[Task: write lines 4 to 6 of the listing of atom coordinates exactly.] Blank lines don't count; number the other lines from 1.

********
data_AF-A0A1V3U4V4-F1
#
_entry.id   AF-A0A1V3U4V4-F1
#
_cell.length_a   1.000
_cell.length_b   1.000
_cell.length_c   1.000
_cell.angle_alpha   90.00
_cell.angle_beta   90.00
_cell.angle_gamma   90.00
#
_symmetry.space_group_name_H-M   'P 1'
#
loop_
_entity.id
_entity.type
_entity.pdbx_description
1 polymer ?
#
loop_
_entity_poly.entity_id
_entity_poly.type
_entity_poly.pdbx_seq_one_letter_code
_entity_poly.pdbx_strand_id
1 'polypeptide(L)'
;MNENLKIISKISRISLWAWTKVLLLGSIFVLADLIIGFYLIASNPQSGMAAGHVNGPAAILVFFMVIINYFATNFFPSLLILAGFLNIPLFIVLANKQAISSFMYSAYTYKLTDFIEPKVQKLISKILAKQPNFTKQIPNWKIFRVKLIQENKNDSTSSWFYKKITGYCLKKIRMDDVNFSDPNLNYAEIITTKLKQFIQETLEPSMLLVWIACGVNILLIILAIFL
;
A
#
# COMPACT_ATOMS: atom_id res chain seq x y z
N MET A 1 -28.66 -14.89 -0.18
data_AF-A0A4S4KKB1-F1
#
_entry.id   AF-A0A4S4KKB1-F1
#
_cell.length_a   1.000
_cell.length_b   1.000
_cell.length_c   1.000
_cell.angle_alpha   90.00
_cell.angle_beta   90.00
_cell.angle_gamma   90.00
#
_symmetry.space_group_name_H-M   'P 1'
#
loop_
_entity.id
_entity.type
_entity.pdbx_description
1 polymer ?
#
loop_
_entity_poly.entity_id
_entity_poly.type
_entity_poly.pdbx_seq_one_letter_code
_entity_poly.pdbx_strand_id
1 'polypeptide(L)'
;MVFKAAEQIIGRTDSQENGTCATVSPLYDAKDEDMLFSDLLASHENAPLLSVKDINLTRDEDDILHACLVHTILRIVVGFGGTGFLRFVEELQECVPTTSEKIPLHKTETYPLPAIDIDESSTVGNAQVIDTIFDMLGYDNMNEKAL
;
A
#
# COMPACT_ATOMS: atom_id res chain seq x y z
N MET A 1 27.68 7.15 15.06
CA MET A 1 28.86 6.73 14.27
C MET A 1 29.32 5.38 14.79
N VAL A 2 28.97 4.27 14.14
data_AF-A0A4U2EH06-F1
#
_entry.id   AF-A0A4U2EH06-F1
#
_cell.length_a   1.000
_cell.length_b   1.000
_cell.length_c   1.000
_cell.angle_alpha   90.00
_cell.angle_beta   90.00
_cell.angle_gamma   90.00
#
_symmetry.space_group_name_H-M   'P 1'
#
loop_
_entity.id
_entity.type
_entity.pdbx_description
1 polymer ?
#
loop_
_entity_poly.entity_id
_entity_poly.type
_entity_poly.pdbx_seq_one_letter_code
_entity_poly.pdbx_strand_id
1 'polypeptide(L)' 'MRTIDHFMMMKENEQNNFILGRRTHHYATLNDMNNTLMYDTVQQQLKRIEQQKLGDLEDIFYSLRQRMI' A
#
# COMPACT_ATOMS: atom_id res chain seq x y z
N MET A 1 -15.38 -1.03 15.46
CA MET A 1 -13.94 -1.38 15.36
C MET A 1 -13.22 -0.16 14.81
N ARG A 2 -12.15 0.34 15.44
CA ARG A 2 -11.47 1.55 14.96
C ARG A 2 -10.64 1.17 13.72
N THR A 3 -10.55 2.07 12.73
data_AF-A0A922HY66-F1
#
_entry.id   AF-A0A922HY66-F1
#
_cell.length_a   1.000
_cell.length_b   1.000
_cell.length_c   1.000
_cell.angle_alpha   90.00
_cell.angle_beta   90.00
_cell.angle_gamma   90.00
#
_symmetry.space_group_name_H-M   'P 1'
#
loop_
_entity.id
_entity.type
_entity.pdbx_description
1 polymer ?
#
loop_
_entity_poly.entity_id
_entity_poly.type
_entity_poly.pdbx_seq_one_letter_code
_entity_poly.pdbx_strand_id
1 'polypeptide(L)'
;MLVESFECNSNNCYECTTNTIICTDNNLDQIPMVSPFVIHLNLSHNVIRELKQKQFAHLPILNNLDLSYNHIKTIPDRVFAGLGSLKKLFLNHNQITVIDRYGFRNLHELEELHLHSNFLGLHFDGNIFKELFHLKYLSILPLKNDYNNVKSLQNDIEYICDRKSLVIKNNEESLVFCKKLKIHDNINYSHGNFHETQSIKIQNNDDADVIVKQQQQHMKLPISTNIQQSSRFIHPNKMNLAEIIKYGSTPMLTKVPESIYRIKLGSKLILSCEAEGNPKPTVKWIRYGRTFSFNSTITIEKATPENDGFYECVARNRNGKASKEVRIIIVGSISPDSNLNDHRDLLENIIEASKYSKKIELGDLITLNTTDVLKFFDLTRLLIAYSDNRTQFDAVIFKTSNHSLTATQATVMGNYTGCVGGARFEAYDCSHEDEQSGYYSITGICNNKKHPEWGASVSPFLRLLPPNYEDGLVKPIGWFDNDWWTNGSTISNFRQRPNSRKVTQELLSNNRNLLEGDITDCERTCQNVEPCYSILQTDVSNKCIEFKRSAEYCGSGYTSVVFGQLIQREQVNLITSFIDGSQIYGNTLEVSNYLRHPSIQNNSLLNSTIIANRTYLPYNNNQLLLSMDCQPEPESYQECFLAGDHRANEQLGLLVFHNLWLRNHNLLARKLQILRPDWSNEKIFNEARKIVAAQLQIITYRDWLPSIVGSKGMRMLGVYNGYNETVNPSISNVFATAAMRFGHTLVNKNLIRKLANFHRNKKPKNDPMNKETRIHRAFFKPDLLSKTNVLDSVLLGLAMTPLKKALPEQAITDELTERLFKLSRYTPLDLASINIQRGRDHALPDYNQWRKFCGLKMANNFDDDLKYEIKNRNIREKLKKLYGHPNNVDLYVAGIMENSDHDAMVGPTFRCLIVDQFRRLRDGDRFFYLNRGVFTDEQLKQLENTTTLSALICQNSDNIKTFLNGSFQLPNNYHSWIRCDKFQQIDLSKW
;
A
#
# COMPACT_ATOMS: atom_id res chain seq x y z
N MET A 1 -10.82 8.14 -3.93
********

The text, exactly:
#
_cell.length_a   1.000
_cell.length_b   1.000